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What would you do if you were treated unfairly and denied your basic social rights? Sylvia Pankhurst stood up and was heard -- not only for her rights, but for those of others.
Born in 1882, Sylvia Pankhurst grew up in the shadow of history’s “radical suffragettes,” the women who, after fighting for the right to vote since the 1870s, felt silenced, lost hope in diplomacy, and so turned to more extreme methods. Sylvia's mother, Emmeline Pankhurst, was one of them. Founder of the British Women's Social and Political Union (WSPU), Emmeline was committed to winning woman's suffrage by whatever tactics necessary.
Sylvia, a talented and precocious writer, joined the women’s suffrage movement in 1906, at the age of 24. That’s when she launched the Woman’s Dreadnought journal in which she would write and publish on issues of women’s’ rights for most of her life.
In 1908, Britain's Prime Minister refused women the right to vote… again…. That's when two radical suffragettes hurled rocks at his residence on London's 10 Downing Street. Events quickly spun out of control. Many known suffragettes were rounded up and arrested in retaliation.
Sylvia stood up then to protest the fact that jailed suffragettes were not allowed to give evidence in their defense. This act of social activism landed her in jail as well. In fact, she spent much of her 20s in and out of prison. On each occasion, she was strip-searched, bathed in dirty water, and locked with other women in a bare cell with only a wooden board to lie on.
So Sylvia stood up in protest again, more quietly this time. She communicated the injustice of this treatment by refusing to eat. The response of the government authorities was to force feed her by shoving a metal tube up her nose and down her throat.
Soon after, in 1912, several suffragettes attempted the bomb the Prime Minister's residence while he was away. The result? More arrests. That's when Sylvia became disenchanted with her mother's justification of the use of violence. She also began to question whether the suffragettes were too focused on the needs of middle-class women.
Sylvia was moved by the plight of the working poor. Not only that, she believed that women gaining the right to vote was the best antidote against poverty and therefore benefit women of all classes. She would eventually change the name of her journal from the Woman’s Dreadnought to the Workers' Dreadnought, thus broadening the goals of the women’s suffrage movement.
In 1914, the guns of August roared, marking the beginning of the First World War. In full support of the war against the "German Peril," Emmeline and other WSPU suffragettes marched through the streets pinning white feathers to the shirts of young men not in uniform, shaming them into enlisting and fighting in the trenches.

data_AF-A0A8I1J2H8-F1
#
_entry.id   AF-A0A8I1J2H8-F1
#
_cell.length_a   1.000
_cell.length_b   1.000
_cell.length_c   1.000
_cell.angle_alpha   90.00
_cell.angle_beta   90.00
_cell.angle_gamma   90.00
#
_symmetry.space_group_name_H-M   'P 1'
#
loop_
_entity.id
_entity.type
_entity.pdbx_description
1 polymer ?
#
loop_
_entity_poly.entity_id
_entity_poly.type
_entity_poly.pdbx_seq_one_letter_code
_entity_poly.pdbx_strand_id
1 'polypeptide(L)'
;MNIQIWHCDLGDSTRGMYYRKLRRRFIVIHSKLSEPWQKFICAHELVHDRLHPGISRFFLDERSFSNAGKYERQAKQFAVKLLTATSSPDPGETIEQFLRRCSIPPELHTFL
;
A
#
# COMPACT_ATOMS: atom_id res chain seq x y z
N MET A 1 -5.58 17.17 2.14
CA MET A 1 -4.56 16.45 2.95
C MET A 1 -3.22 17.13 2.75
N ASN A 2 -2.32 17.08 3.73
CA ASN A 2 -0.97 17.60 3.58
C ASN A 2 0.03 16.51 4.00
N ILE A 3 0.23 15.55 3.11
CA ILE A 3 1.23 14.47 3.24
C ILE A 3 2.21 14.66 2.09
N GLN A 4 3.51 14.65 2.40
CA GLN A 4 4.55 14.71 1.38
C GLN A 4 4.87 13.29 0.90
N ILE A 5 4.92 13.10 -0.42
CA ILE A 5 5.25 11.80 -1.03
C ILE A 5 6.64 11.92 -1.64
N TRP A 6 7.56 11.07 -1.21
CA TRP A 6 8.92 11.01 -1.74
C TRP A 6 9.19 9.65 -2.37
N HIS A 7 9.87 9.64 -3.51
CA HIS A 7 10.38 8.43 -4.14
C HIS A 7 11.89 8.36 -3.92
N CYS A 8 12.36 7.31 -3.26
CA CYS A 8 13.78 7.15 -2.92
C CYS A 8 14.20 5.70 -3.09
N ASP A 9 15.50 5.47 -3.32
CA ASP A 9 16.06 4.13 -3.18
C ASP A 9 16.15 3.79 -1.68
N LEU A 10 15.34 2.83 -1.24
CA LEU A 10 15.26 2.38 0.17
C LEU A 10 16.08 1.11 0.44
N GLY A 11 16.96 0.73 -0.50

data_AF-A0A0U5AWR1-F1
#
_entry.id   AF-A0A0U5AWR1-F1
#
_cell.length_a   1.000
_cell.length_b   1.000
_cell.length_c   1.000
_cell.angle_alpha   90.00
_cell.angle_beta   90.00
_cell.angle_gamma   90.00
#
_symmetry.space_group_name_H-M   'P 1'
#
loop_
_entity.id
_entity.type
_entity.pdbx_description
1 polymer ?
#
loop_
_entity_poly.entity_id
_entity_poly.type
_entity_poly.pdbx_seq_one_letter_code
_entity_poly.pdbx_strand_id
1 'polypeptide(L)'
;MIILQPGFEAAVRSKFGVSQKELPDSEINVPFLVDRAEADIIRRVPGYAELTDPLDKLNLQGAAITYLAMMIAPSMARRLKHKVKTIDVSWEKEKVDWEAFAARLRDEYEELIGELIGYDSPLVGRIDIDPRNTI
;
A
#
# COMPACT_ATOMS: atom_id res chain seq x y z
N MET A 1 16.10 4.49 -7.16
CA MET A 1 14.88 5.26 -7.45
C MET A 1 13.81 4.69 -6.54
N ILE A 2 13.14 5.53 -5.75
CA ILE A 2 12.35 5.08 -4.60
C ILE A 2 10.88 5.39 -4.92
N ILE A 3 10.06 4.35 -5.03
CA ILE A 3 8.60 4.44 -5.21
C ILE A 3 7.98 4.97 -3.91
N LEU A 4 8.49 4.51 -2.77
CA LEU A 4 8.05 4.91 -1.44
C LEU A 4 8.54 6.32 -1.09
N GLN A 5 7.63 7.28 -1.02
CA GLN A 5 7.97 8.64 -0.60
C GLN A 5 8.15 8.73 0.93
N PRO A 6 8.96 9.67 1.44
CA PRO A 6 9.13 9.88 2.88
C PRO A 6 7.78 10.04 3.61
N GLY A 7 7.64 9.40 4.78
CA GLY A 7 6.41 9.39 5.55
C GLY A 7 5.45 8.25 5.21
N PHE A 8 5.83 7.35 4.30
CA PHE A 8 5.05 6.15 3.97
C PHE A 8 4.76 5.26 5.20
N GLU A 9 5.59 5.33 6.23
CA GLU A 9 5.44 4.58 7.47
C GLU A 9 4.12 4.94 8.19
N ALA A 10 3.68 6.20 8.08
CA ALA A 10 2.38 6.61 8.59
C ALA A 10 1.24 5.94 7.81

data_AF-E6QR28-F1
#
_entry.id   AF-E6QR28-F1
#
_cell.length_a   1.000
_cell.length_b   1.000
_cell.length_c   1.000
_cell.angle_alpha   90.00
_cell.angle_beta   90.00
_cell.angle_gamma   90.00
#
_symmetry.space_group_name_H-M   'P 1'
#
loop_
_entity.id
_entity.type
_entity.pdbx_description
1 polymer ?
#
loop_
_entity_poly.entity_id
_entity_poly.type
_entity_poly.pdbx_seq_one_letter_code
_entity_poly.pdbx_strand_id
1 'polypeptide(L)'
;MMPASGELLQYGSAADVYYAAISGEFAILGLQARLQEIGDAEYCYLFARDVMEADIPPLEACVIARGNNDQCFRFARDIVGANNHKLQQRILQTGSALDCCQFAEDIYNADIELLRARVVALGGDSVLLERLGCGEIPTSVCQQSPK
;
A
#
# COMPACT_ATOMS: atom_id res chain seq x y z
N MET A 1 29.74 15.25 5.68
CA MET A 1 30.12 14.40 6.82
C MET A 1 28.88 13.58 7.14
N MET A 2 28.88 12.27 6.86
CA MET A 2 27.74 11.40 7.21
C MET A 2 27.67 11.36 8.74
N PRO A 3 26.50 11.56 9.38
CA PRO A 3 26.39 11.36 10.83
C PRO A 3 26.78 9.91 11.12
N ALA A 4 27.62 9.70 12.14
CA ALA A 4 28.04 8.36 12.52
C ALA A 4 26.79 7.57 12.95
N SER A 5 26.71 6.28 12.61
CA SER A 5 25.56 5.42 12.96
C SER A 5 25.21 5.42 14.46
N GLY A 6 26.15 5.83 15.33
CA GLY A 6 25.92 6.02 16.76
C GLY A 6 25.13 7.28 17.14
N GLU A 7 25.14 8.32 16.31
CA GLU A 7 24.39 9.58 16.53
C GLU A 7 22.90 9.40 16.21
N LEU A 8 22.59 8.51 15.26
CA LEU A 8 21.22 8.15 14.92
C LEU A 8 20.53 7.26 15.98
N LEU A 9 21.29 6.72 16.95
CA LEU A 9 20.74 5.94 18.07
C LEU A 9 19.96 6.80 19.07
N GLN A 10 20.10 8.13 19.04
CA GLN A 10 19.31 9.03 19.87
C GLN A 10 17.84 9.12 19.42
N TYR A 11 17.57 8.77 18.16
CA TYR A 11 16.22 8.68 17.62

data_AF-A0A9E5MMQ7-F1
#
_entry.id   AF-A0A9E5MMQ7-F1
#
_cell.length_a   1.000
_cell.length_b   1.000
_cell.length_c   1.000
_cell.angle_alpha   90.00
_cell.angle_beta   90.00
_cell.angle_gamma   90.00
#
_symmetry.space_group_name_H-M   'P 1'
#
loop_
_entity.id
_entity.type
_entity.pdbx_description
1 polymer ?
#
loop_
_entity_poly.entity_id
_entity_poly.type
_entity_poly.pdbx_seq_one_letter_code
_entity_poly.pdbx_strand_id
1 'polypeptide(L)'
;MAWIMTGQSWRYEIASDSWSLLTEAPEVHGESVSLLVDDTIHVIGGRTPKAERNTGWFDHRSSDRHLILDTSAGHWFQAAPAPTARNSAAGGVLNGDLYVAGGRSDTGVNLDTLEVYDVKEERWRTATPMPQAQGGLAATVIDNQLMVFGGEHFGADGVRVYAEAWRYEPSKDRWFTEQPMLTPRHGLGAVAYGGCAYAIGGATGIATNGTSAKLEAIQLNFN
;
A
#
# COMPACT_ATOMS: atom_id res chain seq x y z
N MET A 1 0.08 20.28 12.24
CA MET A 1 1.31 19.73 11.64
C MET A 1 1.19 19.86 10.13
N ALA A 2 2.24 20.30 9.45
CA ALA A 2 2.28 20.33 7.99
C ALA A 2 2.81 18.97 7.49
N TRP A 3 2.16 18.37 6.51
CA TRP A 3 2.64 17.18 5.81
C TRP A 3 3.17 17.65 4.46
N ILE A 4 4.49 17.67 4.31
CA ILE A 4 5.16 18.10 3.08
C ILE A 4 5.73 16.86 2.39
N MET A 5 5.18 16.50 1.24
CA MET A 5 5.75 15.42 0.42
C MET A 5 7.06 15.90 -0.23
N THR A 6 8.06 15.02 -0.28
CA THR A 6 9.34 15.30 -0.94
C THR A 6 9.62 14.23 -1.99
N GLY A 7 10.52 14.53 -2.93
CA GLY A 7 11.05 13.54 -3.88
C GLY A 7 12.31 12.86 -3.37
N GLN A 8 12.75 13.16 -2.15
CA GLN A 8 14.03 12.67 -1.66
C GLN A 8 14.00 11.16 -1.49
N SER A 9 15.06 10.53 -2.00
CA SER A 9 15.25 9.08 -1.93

Sylvia was horrified. A worker's advocate, she believed the war would only benefit the rich. She remained a resolute advocate for peace throughout the conflict, going so far as to hide draft dodgers and conscientious objectors from the police, thus risking more time in prison.
As the "war to end all wars" drew to a close in 1918, most British women gained the right to vote. Finally. But that did not bring an end to Sylvia’s activism. There were other perils to call out and confront.
For the rest of her life, Sylvia stood up to imperialism, colonialism, and hate. In 1936, for example, when fascist Italy invaded Ethiopia under Benito Mussolini during WWII, Sylvia formed a newspaper to cover Italian war crimes. She used the paper to raise awareness of Ethiopian culture in Britain. And she raised money to found a hospital to treat war victims.
The British secret service, MI5, became so suspicious of Sylvia's efforts, in fact, that they spied on her as a way to devise strategies to "muzzle the tiresome Sylvia Pankhurst." In Ethiopia it was a different story. There, she became so popular that at the age of 74 she moved to Addis Ababa, an invited guest of Ethiopian Emperor Haile Selassie. She died there four years later, in 1960, and was afforded a full state funeral. She is the only Westerner to be buried among Ethiopia's heroes at the Holy Trinity Cathedral.
"She was an artist who defied convention, devoting her life to achieving votes for all women as well social justice for all people" - Angela Piddock
In modern terms, being the daughter of Emmeline Pankhurst is akin to being the son of Malcolm X. Her mother cast a very wide shadow. But Sylvia made her own mark, too... and then some. Not only did she help to secure the basic right to vote for her and those of her birthright, but she fought for others less fortunate than herself as well, decried war crimes, and stood up to fascism. That’s why she’s a Time Traveler Tours #HistoryHero. Our thanks to Angela Piddock of London for nominating her.
Who's your #HistoryHero?
Message us (above) or tell us in the comments (below) and we'll let you know when we feature him or her on the #HistoryHero BLAST.